Laser in endodontics (Part I)
The main goals of endodontic treatment are the effective cleaning of the root-canal system. Traditional endodontic techniques use mechanical instruments, as well as ultrasound and chemical irrigation to shape, clean and completely decontaminate the endodontic system.*
The complexity of the root-canal system is well known. Numerous lateral canals, of various dimensions and with multiple morphologies, branch off from the principal canals. A recent study found complex anatomical structures in 75% of the teeth analysed. The study also found residual infected pulp after the completion of chemo-mechanical preparation, both in the lateral canals and in the apical structures of vital and necrotic teeth associated with peri-radicular inflammation.1
The effectiveness of the debridement, cleaning and decontamination of the intra-radicular space is limited, given the anatomical complexity and the inability of common irrigants to penetrate into the lateral canals and the apical ramifications. Therefore, it appears advisable to search for new materials, techniques and technologies that can improve the cleaning and decontamination of these anatomical areas.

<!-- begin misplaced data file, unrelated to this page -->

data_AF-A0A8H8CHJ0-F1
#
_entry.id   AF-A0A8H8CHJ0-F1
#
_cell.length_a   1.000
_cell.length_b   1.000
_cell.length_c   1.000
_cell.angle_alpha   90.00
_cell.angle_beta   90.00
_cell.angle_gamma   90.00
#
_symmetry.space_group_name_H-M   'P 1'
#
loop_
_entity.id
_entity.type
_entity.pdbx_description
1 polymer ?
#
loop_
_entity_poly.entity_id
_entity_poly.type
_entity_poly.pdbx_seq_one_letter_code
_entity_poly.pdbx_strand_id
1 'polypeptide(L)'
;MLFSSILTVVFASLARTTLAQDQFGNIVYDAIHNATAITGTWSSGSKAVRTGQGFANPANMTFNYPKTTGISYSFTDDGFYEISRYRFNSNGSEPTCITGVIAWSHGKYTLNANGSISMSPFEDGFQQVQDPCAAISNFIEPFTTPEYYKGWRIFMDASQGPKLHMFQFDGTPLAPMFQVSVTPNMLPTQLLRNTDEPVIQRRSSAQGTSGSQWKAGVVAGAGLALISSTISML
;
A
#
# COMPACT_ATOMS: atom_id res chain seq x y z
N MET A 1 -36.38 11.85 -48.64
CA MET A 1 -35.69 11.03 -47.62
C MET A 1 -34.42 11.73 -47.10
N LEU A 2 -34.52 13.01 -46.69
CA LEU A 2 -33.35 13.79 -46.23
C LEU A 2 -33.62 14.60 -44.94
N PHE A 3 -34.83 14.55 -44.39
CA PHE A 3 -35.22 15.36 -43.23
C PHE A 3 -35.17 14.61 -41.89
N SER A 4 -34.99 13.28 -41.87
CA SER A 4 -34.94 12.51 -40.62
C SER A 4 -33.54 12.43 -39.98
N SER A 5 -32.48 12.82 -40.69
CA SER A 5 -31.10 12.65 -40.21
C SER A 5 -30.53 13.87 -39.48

The use of lasers in endodontics has been studied since the early 1970s, and lasers have been more widely used since the 1990s.2–7 In this regard, Part I of this article will describe the evolution of laser techniques and technologies. The second part will present the state-of-the-art effectiveness of these instruments in the cleaning and decontamination of the endodontic system and take a look at the future, presenting recent preliminary studies on new methods of utilising laser energy.
Lasers in endodontics
Laser technology was introduced to endodontics with the goal of improving the results obtained with traditional procedures through the use of light energy by increasing cleaning ability and the removal of debris and the smear layer from the root canals and also improving the decontamination of the endodontic system.